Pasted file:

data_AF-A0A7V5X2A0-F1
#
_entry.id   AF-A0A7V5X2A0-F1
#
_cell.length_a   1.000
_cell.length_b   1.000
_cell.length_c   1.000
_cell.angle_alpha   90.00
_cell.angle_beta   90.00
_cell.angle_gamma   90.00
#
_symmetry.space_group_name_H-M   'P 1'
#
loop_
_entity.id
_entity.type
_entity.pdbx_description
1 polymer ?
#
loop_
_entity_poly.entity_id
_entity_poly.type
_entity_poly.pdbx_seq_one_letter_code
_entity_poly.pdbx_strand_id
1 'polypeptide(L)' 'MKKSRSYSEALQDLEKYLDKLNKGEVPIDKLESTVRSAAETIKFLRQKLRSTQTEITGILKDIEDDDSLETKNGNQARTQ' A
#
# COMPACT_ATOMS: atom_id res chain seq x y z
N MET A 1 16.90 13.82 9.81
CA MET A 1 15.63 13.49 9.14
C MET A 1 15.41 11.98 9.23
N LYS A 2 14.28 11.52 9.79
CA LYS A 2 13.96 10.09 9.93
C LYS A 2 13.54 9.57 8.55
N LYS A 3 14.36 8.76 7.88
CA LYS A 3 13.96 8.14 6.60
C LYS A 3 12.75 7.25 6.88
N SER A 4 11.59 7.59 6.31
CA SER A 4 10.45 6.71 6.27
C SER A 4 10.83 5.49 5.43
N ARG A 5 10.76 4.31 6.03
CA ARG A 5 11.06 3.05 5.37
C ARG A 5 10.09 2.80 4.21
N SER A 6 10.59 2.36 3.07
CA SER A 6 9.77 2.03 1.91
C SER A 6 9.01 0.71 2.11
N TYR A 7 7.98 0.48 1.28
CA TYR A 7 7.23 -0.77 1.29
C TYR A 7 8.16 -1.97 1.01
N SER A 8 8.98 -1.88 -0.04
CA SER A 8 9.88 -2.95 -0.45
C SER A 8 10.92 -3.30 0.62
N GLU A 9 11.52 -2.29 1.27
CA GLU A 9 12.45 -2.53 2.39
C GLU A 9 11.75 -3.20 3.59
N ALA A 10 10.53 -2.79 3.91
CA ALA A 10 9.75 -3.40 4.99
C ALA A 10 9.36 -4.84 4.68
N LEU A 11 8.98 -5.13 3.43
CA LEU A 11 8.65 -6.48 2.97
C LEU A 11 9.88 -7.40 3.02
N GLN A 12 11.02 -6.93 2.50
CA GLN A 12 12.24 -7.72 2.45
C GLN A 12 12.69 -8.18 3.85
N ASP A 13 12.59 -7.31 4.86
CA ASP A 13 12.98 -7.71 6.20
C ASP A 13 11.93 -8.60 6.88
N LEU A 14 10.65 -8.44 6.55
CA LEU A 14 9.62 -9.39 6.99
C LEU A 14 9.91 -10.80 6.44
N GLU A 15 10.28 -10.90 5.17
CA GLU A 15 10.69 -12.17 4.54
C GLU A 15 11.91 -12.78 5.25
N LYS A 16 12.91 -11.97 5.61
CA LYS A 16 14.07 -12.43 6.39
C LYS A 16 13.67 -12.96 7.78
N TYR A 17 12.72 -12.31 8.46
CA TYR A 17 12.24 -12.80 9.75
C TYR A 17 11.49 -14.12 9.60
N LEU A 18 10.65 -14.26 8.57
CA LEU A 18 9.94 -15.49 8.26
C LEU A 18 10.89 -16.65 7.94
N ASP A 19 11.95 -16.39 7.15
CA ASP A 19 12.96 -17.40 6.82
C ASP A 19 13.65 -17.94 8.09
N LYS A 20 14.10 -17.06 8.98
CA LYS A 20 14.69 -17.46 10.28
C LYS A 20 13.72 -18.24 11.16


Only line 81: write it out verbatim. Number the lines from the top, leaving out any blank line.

C LEU A 18 10.89 -16.65 7.94